Monthly Archives: April 2009

Water Utilities Resource Center and the Geodatabase

 

As we have highlighted in earlier blog posts the resource centers are a great place for user resources which span the different ArcGIS products and workflows. One interesting aspect to this are the community or industry specific sites. The first such resource center, the Water Utilities Resource Center, has been up for months and will keep getting better as more content is added.

The geodatabase is really the foundation to a sucessful utility implementation. How the Water Utilities Resource Center ties into the geodatabase is probably best highlighted in a series of posts on the Water Utility blog:

Building and Maintaining Water Utility Geodatabases: Part 1Part 2

The videos in the media gallery are another great resource which explain how to leverage some of the work the Water Utilities team has completed. This is just the first of many community specific resource centers which will be added to the Resource Center in the near future.

 

 

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Updated 2009/2014 Demographic Data Available in ArcGIS Business Analyst Online

 by Brenda Wolfe

The Demographic and Income Profile and Market Profile reports (Esri’s two most popular reports) have been updated with 2009 estimates and 2014 projections.  Subscribers to ArcGIS Business Analyst Online can access the updated reports via the new beta.

Note: the updated reports are only located in the beta, and not in previous versions of Business Analyst Online. How’s that for incentive to come on over to the new version?

More reports will be coming out in a couple of weeks, but we wanted to give users an early look at the data given the urgency of getting solid information in today’s economy.

If you don’t have a subscription right now, just call 800-292-2224.  They can hook you up.  Mention this blog for a 10% discount on your subscription, by the way.

Once you are logged in, you can find the updated reports are listed on the Get Reports tab.  Just go to ”2009/2014 Reports” from the dropdown in the Get Reports tab as shown here:

For those of you following the beta progress, here are some additional highlights.

- For those of you who like to be in control (and you know who you are), you can now set Preferences using the link in the upper right of Business Analyst Online. 

- Importing of shapefiles is now available. You now have the option to treat multiple polygons within the shapefile as one area or treat them as separate features to analyze.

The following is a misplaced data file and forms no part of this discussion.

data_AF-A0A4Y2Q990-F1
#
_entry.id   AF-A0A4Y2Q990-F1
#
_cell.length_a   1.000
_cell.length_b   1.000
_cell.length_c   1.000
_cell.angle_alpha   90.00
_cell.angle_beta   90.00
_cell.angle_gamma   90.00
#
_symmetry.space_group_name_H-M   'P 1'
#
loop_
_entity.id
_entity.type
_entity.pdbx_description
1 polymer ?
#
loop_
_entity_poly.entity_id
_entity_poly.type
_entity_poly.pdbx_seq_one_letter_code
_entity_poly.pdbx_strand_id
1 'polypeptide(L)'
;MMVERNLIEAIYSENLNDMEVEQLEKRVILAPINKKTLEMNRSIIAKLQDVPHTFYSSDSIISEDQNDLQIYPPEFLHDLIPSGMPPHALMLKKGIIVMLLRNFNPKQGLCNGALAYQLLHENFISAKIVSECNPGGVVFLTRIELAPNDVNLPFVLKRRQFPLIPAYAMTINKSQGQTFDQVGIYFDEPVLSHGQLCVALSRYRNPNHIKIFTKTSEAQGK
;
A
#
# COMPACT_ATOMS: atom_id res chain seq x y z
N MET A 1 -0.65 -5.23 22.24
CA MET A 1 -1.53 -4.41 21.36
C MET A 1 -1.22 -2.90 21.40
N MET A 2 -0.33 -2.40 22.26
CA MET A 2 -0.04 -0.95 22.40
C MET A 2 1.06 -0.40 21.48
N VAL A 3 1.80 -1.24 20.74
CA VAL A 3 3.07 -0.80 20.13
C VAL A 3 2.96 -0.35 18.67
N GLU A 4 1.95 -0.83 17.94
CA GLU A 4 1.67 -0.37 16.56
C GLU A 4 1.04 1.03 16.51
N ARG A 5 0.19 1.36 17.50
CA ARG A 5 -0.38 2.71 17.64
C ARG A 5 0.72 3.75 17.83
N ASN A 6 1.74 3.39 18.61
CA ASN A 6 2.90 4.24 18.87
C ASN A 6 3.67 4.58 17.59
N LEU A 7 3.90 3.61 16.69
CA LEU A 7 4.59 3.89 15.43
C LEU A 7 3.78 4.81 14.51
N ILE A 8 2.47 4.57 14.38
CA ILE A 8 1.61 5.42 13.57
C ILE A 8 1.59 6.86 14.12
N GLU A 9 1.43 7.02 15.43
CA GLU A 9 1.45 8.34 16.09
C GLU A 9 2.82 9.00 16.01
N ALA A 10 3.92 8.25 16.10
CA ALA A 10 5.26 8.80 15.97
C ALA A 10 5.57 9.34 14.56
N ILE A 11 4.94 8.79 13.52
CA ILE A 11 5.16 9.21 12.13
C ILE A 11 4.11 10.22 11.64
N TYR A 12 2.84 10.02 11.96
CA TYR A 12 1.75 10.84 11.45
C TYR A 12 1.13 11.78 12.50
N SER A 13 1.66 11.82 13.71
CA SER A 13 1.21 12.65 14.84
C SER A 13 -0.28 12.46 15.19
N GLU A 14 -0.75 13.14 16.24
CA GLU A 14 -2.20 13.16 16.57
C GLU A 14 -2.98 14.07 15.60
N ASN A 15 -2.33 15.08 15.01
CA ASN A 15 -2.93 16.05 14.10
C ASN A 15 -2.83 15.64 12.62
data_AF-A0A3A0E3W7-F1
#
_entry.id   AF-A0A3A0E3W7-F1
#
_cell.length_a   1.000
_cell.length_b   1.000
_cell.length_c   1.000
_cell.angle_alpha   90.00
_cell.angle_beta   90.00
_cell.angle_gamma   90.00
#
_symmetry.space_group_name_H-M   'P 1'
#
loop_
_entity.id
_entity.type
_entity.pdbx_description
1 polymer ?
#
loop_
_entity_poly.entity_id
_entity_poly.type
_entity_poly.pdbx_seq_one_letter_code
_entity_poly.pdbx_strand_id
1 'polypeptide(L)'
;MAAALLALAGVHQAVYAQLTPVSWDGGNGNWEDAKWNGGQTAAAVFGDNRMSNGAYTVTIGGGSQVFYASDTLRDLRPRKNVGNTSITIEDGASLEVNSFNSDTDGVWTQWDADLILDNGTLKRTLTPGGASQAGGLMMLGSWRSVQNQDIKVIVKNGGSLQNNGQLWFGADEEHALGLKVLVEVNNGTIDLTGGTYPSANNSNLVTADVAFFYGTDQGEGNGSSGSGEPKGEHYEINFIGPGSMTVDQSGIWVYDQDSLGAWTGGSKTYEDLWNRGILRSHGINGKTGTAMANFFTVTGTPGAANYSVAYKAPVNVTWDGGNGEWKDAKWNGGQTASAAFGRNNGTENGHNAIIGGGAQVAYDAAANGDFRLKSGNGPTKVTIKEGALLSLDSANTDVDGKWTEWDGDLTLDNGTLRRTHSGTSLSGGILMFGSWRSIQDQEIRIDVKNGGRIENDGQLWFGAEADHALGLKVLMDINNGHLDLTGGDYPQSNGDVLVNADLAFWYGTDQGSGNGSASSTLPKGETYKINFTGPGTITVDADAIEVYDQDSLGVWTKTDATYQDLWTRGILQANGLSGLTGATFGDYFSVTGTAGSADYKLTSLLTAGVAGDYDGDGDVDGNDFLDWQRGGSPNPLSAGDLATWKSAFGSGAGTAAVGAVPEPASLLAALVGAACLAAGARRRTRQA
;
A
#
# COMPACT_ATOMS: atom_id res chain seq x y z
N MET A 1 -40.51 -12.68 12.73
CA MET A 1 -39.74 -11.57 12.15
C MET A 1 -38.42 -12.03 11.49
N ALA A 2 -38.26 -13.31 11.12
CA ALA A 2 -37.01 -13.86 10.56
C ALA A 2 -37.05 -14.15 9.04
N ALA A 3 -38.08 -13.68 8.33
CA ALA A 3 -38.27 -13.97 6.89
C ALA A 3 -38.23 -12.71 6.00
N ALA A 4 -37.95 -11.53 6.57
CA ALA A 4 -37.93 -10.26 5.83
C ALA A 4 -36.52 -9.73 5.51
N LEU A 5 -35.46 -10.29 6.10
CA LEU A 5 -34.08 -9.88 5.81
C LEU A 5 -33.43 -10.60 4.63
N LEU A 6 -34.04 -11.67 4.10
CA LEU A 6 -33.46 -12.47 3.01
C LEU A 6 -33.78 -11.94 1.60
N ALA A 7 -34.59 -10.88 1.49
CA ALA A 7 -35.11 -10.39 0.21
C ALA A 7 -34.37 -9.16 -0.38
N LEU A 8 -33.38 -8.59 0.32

- You can check your account status under My Account

Check it out and let us know what you think. You can send us feedback here too: baobeta@esri.com

Enjoy the new numbers!

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Adding maps and geographic analysis to Recovery.gov

By Aileen Buckley, Mapping Center Lead

Zoom Levels Thumb

This week, the Federal Recovery Accountability and Transparency Board is hosting an online forum looking for input from the Information Technology (IT) community on how Recovery.gov can be designed to enhance information access and transparency. Continue reading

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Spatial distribution of students visualized via Explorer

ESRI education manager Joseph Kerski recently explained how he looks at the spatial distribution of class participants in a recent blog post on the GIS Education Community blog. The post explains how Excel spreadsheets are used to map the locations of students using Explorer’s File Import capabilities.

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Recovery.gov and the GIS community – your input is encouraged

See the complete post on this topic on the ArcGIS Developer blog.

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GIS & Hydraulic Modeling

Our first few blog posts focused on the Water Resource Templates, specifically how to configure them and get the templates to work with your data.  Aside from sharing technical information we also created this blog to share observations and stories of how Esri customers benefit from GIS and to explore how GIS relates to industry trends in water, wastewater and stormwater.   After all, GIS isn’t just about feature functionality, it’s also about solving business problems.